For the better part of nearly a decade,”The Dome Patrol” defense terrorized opposing NFL offenses, even though the Saints could ever seem to “get over the hump” in the NFC West division (ruled in those days by the San Francisco 49ers and Hall-of-Fame head coach Bill Walsh and his ‘West Coast’ offense, led by All-Pro QB Joe Montana).
Nevertheless, they are remembered fondly by many of the greats who have played the game of Pro Football; even by some of their former opponents that a few years ago voted them as “The Greatest Linebacker Corps in NFL History”. The Dome Patrol term would later go on to encompass the entire Saints defense under Mora, including players such as defensive linemen Bruce Clark, Frank Warren, and Jim Wilks; and DB’s Gene Atkins, Van Jakes, and Toi Cook.
But regardless of whomever you had to face as a Saints opponent back in those days, the Saints defense (unlike this present day Saints defense of the past few seasons) back then was a defense that was FEARED.
But no players were more feared on that unit than the four linebackers, each of who brought their own individual strengths to the team.
Jackson was the most complete player, able to rush the QB as effectively as he was “sniffing” out the run or covering RB’s out “in the flat”.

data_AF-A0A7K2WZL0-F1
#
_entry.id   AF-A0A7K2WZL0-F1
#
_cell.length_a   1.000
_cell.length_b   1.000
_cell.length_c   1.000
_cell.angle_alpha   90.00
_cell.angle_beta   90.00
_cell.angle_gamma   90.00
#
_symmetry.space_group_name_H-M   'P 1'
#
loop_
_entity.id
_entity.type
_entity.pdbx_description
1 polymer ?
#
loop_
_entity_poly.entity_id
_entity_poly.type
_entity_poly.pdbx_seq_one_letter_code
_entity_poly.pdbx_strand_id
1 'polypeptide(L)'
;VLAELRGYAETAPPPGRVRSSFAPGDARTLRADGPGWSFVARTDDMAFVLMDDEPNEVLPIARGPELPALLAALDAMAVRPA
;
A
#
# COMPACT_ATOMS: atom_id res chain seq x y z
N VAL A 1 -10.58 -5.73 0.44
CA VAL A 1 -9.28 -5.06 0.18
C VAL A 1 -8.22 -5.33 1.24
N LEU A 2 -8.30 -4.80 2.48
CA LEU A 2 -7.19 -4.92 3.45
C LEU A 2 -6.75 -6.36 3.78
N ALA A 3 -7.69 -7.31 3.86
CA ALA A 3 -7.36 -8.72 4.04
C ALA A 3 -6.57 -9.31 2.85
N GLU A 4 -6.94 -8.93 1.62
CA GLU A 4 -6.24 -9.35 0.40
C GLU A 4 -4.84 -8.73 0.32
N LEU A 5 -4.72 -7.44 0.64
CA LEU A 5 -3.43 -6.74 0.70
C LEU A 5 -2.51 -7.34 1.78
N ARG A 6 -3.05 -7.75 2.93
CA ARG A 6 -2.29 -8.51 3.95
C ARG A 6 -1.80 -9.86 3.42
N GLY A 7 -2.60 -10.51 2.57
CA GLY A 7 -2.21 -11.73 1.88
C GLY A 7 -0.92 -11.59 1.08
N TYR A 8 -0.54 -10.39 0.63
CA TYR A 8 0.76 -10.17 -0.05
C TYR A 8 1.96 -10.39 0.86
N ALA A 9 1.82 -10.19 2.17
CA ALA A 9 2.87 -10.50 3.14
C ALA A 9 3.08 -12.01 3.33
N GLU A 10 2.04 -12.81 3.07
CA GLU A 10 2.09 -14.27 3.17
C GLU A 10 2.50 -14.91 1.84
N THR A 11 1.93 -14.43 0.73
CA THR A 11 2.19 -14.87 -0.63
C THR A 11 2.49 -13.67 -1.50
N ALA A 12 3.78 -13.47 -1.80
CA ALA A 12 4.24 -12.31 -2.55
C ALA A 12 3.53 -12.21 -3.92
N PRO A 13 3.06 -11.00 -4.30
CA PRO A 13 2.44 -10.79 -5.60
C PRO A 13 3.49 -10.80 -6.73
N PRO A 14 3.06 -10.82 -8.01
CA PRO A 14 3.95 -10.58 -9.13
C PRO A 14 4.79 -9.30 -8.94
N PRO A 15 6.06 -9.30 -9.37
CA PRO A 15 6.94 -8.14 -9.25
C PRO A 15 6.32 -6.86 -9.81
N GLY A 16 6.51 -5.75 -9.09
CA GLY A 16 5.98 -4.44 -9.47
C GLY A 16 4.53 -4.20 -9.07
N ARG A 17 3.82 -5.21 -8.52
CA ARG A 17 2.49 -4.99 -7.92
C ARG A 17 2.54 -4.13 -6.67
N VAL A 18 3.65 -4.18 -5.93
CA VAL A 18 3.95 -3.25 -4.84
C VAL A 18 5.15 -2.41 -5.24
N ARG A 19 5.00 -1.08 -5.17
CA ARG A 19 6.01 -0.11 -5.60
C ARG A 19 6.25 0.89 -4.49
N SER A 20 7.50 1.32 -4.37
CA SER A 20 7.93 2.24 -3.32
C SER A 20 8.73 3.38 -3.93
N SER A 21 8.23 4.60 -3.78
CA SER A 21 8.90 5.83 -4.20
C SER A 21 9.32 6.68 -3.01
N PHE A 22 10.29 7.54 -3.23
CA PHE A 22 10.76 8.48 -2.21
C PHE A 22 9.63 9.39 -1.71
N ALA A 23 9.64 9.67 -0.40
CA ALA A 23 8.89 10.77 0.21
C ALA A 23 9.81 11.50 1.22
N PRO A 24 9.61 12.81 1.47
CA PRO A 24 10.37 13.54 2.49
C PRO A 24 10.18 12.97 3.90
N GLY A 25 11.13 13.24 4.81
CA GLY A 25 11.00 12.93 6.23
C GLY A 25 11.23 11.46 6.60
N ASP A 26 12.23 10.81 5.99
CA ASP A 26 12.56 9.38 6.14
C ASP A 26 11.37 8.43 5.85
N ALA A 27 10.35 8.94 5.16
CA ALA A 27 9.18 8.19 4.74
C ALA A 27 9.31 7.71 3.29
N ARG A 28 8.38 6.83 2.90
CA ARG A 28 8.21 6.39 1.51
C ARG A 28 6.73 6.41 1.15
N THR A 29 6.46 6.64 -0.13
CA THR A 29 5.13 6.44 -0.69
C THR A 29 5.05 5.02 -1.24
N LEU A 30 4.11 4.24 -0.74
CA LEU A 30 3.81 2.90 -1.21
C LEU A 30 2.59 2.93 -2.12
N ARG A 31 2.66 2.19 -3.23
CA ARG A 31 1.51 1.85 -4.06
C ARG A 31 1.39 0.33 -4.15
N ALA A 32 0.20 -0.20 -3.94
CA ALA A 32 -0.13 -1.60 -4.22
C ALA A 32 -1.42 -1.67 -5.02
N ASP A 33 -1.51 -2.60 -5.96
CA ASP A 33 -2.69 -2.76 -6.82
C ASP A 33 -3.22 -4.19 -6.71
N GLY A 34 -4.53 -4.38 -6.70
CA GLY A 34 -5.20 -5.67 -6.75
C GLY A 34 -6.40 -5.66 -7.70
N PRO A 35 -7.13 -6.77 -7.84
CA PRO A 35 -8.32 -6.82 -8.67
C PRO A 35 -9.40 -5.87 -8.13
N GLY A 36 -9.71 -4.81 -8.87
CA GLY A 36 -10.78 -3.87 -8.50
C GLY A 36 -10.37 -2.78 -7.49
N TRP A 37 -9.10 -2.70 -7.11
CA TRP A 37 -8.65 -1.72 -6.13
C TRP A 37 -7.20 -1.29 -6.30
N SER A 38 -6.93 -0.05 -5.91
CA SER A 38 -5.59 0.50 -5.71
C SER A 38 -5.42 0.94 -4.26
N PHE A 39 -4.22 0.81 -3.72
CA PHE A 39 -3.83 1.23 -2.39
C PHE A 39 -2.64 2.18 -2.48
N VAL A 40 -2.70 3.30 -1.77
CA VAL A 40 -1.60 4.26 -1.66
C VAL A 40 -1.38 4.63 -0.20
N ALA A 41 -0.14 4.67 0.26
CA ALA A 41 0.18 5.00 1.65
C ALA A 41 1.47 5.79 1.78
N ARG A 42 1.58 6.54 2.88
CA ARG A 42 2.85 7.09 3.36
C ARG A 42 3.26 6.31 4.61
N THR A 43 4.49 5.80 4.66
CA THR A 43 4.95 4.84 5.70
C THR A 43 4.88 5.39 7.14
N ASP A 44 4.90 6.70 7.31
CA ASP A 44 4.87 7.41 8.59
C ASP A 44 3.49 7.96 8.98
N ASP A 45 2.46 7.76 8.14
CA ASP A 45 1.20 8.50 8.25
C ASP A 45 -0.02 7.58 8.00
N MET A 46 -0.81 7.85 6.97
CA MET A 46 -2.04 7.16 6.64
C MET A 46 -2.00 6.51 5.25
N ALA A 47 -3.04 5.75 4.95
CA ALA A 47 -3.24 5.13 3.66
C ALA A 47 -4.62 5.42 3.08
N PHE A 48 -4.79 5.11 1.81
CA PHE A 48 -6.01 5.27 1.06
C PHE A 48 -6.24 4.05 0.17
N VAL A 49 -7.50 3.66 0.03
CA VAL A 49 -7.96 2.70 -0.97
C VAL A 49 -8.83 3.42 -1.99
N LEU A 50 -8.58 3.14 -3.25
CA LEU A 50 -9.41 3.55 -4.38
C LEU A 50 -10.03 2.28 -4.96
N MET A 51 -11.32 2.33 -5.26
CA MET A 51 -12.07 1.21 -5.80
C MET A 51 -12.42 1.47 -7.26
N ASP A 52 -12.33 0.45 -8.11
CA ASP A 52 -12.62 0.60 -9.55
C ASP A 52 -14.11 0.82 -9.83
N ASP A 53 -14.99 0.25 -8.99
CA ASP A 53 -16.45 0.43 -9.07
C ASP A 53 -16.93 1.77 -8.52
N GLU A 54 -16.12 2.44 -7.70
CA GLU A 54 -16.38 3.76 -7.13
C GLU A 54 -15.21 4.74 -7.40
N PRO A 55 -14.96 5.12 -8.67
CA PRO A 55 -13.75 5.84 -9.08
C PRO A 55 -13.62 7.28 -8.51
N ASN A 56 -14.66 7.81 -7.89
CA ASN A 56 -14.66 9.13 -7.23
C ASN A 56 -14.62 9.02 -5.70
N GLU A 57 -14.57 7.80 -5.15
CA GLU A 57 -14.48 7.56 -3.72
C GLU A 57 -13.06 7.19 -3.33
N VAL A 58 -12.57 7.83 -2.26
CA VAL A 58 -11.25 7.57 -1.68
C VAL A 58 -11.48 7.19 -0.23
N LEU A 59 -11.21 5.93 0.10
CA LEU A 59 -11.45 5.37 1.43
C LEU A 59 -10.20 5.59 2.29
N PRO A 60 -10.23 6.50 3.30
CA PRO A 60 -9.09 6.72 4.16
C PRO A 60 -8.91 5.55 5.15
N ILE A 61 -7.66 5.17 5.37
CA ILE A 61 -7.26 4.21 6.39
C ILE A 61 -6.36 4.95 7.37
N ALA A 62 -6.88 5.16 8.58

Johnson was known for his tenaciousness and ability to deliver “bone-rattling” hits (like the one on Rams RB and Hall of Fame legend Eric Dickerson pictured above) that had opponents trying to account for his whereabouts at all times.
Swilling likely had the biggest impact of the four because of his incredible burst off of the snap of the football, which allowed him to blow right past offensive tackles and come in unimpeded for a sack against the opposing QB.
And there was Mills, who was the “field general” of the defense because of his high football IQ and knowledge of Mora’s system. Sadly, Mills passed away in 2005 from cancer.
The most fond memory from the legendary days of “The Dome Patrol” for most Saints fans?
Easily, it would be the moment when the team clinched its first ever winning season, by making an incredible goal-line stand with the ball at the 1-yard line, against the Pittsburgh Steelers in late November of 1987 at Three-Rivers Stadium in Pittsburgh, PA. With their backs against the wall (literally almost) and certainly against all odds in the most difficult of circumstances while Steelers fans were yelling at the top of their lungs, the Saints defense was able to hold its own and gave New Orleans (at least in those days) its greatest victory ever in team history.
It was a moment of exhilaration for both a team and a fan-base whom up to that point, had experienced nothing but heart-break and agony.
Obviously, the more-recent Saints teams now under Sean Payton and Drew Brees have gone on to make their own special memories, for Saints fans of this current generation.